|Articles about Biomaterials|
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| Adverse effect of staphylococci slime on in vitro activity of glycopeptides
Mathur, T., S. Singhal, et al. (2005), Jpn J Infect Dis 58(6): 353-7.
Abstract: Adhesion to biomaterial is assumed to be a crucial step in the development of staphylococcal foreign body infections. Production of extracellular slime has major implications for the development and implementation of therapeutic strategies. The effect of extracted slime was investigated on the activity of vancomycin, teicoplanin, linezolid, quinupristin/dalfopristin, rifampicin and ranbezolid against 10 clinical and 4 ATCC staphylococcal isolates. The slime extract caused a 2- to 16-fold increase in the MICs of vancomycin and teicoplanin, with a shift in the MIC(90) from 2 to 32 (vancomycin) and 2 to 16 (teicoplanin), whereas the MICs of linezolid and quinupristin/dalfopristin were only moderately affected. In time-kill studies, a significant decrease in bacterial killing (>3 log(10) cfu/ml) was observed with vancomycin and teicoplanin (4X MIC) after addition of slime (5 and 20 mg/ml), whereas the effect of killing by linezolid and quinupristin/dalfopristin was very modest. The rifampicin and ranbezolid MICs and kill curves were not influenced by the addition of slime. The present study thus indicated that slime interferes with the antimicrobial effect of glycopeptide drugs (vancomycin, teicoplanin), and that for effective prevention and treatment of prosthetic device-related infections, appropriate and newer antibiotics such as ranbezolid should be considered.
| Adverse events of sutures: possible interactions of biomaterials?
Holzheimer, R. G. (2005), Eur J Med Res 10(12): 521-6.
Abstract: Absorbable sutures are in use for more than 30 years. Tissue reactions which might be associated with suture material have rarely been reported in the past. After a long period without complications caused by suture material we observed 12 cases of unexpected tissue reactions after clean operations. Our patients 3-8 weeks after uneventful elective clean operations (varicose vein, hernia, benign soft tissue tumor) had unexpected tissue reactions (inflammation, granuloma, extrusion, fistula, abscess) in the vicinity of Vicryl (R), suture material (8 cases with Vicryl (R), 4 cases with Vicryl plus (R)). After removal of the suture material and the granulomatous tissue wounds healed without any further disturbance. These tissue reactions have been observed in patients with subcuticular sutures as well as in patients with deeper located vein ligatures. It is well known that next to patient-associated and surgeon-related factors biomaterials might have an impact on postoperative inflammatory process and healing. We use Vicryl (R), suture material for ambulatory surgery since 1999 and did not see complications for a long period up to now. 11 of the patients were observed within several weeks in summer 2005, whereas only one patient has been observed in the year 2004. All 11 patients observed in 2005 had a combination of Vicryl (R)/ Vicryl plus (R) suture material in deep/subcutaneous and Dermabond (R) glue for skin closure. - We do not know the cause for this change. For clarification evaluation of the tissue reactions of these biomaterials including possible interactions or combined reactions should be done.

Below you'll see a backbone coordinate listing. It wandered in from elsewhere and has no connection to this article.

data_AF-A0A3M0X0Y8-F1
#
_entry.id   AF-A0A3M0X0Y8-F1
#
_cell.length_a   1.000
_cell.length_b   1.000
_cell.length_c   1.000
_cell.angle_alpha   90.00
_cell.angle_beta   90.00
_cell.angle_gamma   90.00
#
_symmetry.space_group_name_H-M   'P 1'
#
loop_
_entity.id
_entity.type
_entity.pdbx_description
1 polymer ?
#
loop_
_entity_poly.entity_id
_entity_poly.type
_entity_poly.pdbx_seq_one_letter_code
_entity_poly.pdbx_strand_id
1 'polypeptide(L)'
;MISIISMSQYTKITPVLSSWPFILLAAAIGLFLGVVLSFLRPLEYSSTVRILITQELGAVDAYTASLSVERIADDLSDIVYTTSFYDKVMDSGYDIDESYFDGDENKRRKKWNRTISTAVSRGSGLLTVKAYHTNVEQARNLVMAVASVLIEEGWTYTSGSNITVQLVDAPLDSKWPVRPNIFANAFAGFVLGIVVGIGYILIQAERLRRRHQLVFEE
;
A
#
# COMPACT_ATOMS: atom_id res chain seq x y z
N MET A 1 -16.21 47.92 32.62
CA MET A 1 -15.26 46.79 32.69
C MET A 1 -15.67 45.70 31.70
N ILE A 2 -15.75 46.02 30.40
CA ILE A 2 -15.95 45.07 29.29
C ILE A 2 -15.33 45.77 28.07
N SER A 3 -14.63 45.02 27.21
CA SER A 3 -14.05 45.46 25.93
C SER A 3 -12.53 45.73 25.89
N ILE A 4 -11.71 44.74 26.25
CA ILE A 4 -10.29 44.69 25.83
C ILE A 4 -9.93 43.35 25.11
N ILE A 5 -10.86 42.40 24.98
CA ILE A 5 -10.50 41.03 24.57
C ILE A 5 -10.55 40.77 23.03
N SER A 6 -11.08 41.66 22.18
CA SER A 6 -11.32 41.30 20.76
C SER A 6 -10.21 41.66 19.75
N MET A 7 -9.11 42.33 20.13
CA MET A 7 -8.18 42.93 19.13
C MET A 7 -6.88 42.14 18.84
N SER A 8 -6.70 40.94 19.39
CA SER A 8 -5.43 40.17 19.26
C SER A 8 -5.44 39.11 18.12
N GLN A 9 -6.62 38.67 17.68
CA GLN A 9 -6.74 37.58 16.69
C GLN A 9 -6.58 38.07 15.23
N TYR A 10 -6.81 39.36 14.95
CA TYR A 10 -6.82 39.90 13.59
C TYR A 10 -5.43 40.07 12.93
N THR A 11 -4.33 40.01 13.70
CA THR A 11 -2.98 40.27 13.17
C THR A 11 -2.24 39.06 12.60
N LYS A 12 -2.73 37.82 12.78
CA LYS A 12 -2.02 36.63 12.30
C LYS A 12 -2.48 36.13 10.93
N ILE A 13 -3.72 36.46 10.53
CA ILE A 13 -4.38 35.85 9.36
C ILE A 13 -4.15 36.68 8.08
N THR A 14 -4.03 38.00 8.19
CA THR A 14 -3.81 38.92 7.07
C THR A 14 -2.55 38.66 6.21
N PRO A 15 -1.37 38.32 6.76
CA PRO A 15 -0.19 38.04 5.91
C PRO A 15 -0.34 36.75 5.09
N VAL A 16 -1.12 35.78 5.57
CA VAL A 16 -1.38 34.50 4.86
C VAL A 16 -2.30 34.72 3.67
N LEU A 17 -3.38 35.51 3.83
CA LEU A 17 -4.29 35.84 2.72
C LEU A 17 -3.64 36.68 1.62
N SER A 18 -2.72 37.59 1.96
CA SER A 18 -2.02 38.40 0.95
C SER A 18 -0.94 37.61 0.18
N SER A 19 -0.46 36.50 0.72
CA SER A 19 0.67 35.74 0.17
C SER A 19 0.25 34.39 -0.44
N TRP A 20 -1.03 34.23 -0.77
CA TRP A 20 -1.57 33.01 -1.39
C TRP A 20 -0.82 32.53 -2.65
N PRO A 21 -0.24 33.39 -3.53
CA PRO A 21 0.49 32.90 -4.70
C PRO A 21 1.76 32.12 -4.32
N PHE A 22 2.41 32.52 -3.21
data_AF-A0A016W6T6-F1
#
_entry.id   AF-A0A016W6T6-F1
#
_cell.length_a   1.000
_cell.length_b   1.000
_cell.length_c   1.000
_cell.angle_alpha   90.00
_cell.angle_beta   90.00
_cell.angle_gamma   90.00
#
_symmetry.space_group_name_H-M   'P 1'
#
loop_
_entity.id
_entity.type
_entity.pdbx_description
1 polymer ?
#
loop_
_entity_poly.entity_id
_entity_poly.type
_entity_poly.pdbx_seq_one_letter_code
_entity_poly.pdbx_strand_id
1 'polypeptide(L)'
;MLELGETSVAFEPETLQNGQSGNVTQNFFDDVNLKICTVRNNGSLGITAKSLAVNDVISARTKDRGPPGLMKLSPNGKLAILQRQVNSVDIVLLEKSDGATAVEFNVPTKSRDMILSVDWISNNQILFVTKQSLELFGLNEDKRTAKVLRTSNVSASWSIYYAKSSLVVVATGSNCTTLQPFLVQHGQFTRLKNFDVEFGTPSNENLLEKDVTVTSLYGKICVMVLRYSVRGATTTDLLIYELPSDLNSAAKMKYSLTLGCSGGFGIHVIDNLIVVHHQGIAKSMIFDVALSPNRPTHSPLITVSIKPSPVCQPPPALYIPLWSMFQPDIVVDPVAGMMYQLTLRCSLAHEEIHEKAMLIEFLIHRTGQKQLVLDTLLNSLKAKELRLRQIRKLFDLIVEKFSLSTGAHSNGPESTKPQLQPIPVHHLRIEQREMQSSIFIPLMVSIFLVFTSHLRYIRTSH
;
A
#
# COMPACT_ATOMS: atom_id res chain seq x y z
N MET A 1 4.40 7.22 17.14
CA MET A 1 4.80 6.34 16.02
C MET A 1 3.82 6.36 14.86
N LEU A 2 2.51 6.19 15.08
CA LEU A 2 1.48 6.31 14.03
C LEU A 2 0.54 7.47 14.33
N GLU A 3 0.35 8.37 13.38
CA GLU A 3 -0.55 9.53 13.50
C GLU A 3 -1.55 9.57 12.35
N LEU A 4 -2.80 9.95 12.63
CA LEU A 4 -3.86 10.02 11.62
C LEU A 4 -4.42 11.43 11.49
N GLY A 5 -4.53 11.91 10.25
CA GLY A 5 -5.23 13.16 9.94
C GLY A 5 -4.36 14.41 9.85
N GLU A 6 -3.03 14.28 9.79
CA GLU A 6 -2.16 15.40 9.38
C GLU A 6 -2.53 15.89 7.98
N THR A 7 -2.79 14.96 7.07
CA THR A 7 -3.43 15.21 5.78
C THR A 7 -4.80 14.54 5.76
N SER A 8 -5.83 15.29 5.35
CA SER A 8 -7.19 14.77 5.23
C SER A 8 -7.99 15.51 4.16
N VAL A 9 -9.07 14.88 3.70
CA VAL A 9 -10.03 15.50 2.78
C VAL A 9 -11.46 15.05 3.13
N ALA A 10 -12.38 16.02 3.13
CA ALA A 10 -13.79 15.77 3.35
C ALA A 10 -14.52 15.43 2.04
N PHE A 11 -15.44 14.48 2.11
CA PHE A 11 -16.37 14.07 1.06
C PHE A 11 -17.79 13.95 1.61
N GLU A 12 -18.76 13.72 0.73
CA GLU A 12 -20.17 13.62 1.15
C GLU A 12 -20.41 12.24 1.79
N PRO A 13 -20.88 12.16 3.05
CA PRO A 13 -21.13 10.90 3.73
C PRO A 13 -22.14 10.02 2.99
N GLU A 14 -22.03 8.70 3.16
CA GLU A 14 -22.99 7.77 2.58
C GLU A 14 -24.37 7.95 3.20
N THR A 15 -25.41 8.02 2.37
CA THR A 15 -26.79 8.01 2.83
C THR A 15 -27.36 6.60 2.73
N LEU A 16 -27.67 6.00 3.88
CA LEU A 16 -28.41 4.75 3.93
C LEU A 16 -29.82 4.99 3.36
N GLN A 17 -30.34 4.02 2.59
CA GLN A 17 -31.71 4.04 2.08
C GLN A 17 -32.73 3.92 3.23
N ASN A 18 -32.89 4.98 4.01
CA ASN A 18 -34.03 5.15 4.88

| Adverse reactions to injectable soft tissue permanent fillers
Christensen, L., V. Breiting, et al. (2005), Aesthetic Plast Surg 29(1): 34-48.
Abstract: BACKGROUND: Synthetic injectable facial fillers with a permanent effect are widely atoxic and nonimmunogenic, but they differ with respect to composition and in chemical and biologic characteristics. Yet, they all act as foreign bodies in the tissues eliciting a host response that try to remove the gel. Inflammatory nodules may develop at the sites of injection-for some fillers, many years later, for others, not. Why is that? METHODS: Biopsies were contributed by various plastic surgeons from Europe and Australia after requests were made at international congresses and workshops. The study was based on (a) 5 biopsies from unreactive tissue obtained at different times after injection of polyacrylamide hydrogel (Aquamid); (b) 28 biopsies from intermediate or late inflammatory nodules after injection of polyacrylamide hydrogel (Aquamid) (20 cases), a hyaluronic acid-polyhydroxyethylmethacrylate/ethylmethacrylate gel (Dermalive) (2 cases), and a gel consisting of polylactic acid in mannitol/carbomethoxycellulose (New-Fill) (6 cases); and (c) a review of the literature on adverse reactions after injection with permanent fillers. RESULTS: Clinically unreactive tissues after injection with Aquamid showed modest or no host reaction. Inflammatory nodules showed an increased foreign body reaction and a bacterial infection after injection with Aquamid, and a combination of moderate foreign body reaction, fibrosis, and in some cases also bacterial infection after injection with Dermalive and New-Fill. According to the literature, inflammatory nodules occur no later than 1 year after injection with polyacrylamide hydrogel, but up to 6 years after injection of combination gels (Artecol), and up to 28 years after injection of silicone gel. CONCLUSIONS: Inflammatory nodules are likely to be caused by a low-grade infection maintained within a biogfilm surrounding the hydrophobic silicone gel and the combination gels. Aquamid gel may prevent formation of a biofilm through its high water-binding capacity, explaining why late inflammatory nodules are not seen after injection of this polyacrylamide hydrogel product.
| AFM imaging of ligand binding to platelet integrin alphaIIbbeta3 receptors reconstituted into planar lipid bilayers
Hussain, M. A., A. Agnihotri, et al. (2005), Langmuir 21(15): 6979-86.